The government has just published details of the new House of Commons Petition Committee. Unlock Democracy has been calling for a genuinely deliberative petitions committee for some time to improve engagement with the public. I set out a more detailed case for a petitions committee here.
The number 10 petition site did a very good job of raising public expectations that they could influence the political system, but the reality was somewhat different. So while it is very welcome that the focus of the petition is Parliament and not the government, there are a number of issues the new committee will need to address if it is going to genuinely connect people and Parliament.
- How is it going to engage with people who don’t have access to the internet?
- Are there going to be public criteria about how the committee will decide which petitions are taken forward and which are not?
- Will the person who started the petition be able to communicate with the other people who sign the petition or can only the committee do that?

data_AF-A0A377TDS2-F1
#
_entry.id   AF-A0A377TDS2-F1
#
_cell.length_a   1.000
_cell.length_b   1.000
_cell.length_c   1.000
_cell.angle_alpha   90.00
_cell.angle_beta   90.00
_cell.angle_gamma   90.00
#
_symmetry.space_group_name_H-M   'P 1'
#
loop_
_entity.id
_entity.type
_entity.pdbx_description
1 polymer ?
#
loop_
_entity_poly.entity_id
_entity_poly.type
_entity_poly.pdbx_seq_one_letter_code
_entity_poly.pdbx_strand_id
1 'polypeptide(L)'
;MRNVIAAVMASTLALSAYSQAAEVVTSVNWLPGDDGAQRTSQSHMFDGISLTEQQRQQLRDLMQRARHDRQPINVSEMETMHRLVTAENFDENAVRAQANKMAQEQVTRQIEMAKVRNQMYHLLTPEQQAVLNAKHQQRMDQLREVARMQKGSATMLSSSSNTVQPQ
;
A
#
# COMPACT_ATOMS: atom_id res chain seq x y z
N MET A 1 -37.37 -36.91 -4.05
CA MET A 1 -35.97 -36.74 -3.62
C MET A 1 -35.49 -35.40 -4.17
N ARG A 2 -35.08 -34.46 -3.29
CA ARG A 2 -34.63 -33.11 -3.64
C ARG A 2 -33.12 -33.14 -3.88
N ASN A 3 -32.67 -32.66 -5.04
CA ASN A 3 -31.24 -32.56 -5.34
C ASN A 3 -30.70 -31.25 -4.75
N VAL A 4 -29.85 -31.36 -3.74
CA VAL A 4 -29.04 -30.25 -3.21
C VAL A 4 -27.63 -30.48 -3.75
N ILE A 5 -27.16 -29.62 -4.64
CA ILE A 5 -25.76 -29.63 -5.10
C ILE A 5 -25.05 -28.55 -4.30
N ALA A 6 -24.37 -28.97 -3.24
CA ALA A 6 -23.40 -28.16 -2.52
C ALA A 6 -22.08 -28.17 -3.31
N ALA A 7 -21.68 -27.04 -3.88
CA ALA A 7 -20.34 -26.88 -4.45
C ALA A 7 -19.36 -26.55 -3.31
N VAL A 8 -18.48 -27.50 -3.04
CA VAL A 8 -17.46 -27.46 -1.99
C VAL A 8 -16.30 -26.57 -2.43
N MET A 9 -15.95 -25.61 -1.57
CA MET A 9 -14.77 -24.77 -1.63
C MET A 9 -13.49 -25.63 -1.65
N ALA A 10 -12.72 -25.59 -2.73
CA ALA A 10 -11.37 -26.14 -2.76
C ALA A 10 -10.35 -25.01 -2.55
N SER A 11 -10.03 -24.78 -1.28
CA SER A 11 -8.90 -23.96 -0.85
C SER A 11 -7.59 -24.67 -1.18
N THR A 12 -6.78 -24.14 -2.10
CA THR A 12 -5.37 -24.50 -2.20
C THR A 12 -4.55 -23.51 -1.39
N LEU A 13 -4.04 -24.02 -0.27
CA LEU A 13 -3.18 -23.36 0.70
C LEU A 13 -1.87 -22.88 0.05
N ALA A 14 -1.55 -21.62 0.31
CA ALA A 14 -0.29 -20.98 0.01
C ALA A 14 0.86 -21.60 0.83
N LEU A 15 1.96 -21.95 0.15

Will the committee be able to launch an inquiry or take evidence on the subject of the inquiry? For a petitions committee to genuinely engage with the public, they need to be clear about the possible outcomes. The process needs to be a dialogue, not parallel conversations.
Giving the committee the power to ask the lead petitioner for more information or refer the petition to another select committee that has expertise in that area are tentative steps in the right direction but there is still a long way to go. We await more details from the committee with interest.